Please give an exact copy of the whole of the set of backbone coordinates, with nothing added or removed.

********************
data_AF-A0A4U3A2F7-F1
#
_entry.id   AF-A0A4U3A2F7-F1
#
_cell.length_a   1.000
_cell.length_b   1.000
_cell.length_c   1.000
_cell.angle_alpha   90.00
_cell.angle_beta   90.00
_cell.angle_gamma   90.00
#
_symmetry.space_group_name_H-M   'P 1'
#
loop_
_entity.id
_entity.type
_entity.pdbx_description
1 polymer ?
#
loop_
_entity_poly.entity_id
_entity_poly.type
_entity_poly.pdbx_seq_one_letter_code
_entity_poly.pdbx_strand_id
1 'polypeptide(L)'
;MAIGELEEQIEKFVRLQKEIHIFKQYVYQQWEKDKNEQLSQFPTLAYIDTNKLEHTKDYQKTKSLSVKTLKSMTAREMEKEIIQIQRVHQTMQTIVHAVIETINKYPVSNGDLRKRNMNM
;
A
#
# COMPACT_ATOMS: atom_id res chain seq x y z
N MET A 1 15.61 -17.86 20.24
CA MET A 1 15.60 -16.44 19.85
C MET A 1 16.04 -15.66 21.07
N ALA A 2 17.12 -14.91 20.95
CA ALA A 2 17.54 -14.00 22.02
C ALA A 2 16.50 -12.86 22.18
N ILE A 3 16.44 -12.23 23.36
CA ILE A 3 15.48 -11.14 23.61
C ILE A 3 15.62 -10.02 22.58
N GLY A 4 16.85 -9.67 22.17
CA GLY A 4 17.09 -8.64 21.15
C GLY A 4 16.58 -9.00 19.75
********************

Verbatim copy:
data_AF-A0A4U3A2F7-F1
#
_entry.id   AF-A0A4U3A2F7-F1
#
_cell.length_a   1.000
_cell.length_b   1.000
_cell.length_c   1.000
_cell.angle_alpha   90.00
_cell.angle_beta   90.00
_cell.angle_gamma   90.00
#
_symmetry.space_group_name_H-M   'P 1'
#
loop_
_entity.id
_entity.type
_entity.pdbx_description
1 polymer ?
#
loop_
_entity_poly.entity_id
_entity_poly.type
_entity_poly.pdbx_seq_one_letter_code
_entity_poly.pdbx_strand_id
1 'polypeptide(L)'
;MAIGELEEQIEKFVRLQKEIHIFKQYVYQQWEKDKNEQLSQFPTLAYIDTNKLEHTKDYQKTKSLSVKTLKSMTAREMEKEIIQIQRVHQTMQTIVHAVIETINKYPVSNGDLRKRNMNM
;
A
#
# COMPACT_ATOMS: atom_id res chain seq x y z
N MET A 1 15.61 -17.86 20.24
CA MET A 1 15.60 -16.44 19.85
C MET A 1 16.04 -15.66 21.07
N ALA A 2 17.12 -14.91 20.95
CA ALA A 2 17.54 -14.00 22.02
C ALA A 2 16.50 -12.86 22.18
N ILE A 3 16.44 -12.23 23.36
CA ILE A 3 15.48 -11.14 23.61
C ILE A 3 15.62 -10.02 22.58
N GLY A 4 16.85 -9.67 22.17
CA GLY A 4 17.09 -8.64 21.15
C GLY A 4 16.58 -9.00 19.75